There is still room for more accurate description of a gun/shooter performance available with a higher shot count but from a statistical standpoint you have a “Good Enough” set to make a judgement that a reasonable shooter must be willing to accept.

              All the talk about how good a shooter thinks they are means nothing until you do a number of CEP runs with different rifles.

              You (shooters) will also likely stop all the harping about flyers! Get over them they have statistical fact on their side! So either call all your shots or go home.


            • Chris USA,

              Did you happen to go beyond just that first link? If not this is one that anyone interested in shooting should read and get their head around completely:


              This link actually needs to be used by B.B. Everytime someone questions his demand for groups of TEN only. You will see why he occasionally uses 5 for initial pellet selection for later use at longer ranges; the man has got to have some time to eat and sleep!


              • Shootski,

                I did not explore the site more. Link saved. Will check out in the AM. As for 5 VS 10,… I will do 5 every time when testing multiple ammo types. Some,… are OBVIOUSLY not well suited. The “elimination round” goes to 10 shot groups.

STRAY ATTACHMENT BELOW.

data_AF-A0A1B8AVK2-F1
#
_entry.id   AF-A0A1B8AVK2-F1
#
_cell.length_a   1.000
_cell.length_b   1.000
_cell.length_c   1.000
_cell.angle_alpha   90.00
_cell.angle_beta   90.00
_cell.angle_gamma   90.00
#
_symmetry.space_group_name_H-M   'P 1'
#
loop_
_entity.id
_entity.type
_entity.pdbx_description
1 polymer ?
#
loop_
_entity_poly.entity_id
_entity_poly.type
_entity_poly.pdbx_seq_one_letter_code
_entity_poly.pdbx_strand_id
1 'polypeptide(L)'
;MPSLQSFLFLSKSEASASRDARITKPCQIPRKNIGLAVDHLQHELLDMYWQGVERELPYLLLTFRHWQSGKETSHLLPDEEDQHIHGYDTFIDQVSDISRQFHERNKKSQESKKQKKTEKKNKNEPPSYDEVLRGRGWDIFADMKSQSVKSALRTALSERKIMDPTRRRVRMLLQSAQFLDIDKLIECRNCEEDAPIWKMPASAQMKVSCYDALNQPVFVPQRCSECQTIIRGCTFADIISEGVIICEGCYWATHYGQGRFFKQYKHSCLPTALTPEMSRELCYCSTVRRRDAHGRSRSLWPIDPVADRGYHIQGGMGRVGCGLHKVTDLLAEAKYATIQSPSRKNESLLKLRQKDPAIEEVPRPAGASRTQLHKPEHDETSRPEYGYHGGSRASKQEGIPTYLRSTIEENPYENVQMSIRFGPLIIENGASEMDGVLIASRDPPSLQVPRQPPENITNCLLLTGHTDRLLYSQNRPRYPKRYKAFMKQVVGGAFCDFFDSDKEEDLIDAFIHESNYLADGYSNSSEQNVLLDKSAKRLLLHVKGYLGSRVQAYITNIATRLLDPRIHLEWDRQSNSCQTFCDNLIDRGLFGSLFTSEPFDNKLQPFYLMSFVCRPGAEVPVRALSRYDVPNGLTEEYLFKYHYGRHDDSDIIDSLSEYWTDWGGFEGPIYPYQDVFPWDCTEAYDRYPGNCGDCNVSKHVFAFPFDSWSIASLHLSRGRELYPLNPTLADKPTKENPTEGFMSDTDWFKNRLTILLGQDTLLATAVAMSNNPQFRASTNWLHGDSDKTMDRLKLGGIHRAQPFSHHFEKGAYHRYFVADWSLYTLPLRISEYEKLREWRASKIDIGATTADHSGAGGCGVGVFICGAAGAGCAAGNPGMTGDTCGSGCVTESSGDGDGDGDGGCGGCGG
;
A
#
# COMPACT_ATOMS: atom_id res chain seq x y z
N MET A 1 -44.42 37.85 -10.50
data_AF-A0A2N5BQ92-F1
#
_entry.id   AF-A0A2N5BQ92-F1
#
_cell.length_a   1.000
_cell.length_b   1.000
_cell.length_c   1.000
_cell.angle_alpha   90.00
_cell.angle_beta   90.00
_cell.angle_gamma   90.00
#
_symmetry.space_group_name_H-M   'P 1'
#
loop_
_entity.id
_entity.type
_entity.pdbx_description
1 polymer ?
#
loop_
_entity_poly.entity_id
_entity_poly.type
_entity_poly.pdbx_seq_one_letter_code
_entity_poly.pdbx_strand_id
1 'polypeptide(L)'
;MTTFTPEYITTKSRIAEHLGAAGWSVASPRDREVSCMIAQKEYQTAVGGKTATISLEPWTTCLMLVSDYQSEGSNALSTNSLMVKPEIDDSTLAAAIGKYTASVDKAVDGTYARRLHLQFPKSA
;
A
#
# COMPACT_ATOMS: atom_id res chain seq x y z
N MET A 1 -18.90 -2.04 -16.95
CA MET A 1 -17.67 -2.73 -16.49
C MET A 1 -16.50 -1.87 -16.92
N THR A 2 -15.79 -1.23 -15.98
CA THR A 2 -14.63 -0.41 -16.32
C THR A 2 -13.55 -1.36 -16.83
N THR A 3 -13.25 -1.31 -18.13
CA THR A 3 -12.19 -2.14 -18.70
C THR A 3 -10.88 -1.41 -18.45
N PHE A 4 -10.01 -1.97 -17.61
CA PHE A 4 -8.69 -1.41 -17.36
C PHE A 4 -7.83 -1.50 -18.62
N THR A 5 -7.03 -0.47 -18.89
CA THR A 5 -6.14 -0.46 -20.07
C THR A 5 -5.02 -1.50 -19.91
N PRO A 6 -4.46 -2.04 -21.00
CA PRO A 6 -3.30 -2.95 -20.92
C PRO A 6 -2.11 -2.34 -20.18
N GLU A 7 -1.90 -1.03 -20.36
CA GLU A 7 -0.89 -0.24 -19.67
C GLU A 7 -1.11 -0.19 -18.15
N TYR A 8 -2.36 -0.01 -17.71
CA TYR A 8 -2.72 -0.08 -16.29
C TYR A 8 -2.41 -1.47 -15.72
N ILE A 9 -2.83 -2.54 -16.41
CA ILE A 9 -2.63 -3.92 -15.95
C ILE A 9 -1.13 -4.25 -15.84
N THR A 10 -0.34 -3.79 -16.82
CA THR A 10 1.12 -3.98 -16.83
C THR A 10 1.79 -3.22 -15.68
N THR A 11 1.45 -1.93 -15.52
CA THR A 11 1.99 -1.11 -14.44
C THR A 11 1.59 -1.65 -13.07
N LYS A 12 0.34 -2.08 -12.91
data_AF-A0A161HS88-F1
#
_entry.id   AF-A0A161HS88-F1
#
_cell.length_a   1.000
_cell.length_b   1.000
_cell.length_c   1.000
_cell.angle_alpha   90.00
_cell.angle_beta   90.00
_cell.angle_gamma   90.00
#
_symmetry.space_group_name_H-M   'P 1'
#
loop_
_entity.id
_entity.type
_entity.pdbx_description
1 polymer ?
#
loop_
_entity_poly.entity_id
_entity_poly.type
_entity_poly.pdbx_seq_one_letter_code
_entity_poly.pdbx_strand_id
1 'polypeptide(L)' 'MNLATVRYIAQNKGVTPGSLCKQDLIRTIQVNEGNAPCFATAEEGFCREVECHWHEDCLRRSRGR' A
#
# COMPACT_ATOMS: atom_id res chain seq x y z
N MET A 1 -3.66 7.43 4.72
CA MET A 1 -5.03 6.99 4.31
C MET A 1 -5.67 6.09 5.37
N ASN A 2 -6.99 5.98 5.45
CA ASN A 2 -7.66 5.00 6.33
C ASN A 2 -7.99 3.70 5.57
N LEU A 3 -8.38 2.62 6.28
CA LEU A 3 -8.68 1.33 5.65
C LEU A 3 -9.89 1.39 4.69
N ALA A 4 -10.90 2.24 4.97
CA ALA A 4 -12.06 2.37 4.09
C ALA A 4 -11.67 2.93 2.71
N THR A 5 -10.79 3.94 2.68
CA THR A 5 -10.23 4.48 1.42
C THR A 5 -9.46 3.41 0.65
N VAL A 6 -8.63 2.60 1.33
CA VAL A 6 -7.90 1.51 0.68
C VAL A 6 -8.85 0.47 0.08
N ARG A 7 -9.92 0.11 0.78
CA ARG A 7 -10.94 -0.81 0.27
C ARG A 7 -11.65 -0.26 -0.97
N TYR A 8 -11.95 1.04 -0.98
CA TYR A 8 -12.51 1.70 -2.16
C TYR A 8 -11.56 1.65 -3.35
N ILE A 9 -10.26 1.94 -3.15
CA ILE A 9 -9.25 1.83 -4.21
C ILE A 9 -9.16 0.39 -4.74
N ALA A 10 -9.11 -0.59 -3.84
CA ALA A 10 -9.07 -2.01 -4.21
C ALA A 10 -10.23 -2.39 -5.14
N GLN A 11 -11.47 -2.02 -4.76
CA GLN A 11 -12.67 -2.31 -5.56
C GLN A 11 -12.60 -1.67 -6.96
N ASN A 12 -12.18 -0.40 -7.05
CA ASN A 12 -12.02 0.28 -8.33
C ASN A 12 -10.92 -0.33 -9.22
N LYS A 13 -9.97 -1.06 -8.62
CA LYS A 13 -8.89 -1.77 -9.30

• Hey all,

      lots of tables, lots of vendors, lots of very interesting pieces from old Daisy BB guns with wire handles to BSA,s Webleys, Walthers, FWBs (one tuned by Tim Watt) a whole collection of FX hardware to carbon fiber air tanks. One or two guys might be leaving after today because of the weather due tomorrow but I believe most are staying, Oh, the show is short one Walther LG53. In a box. 🙂

      That unknown Chinese mfg. pistol copy of an HW70 that I mentioned yesterday? Couldn ‘t give it away – not even in a trade. Guess it’s mine for good now.

      Fred formerly of the DPRoNJ now happily in GA

    • Brent
      That’s a very good point. Field target is kind of based on out in the woods or field hunting with a air gun. When you hunt or pest there is no references on a rabbit or bird to keep your gun from canting.

      A scope level would be the best way I suppose so you can repeat your hold pretty consistently.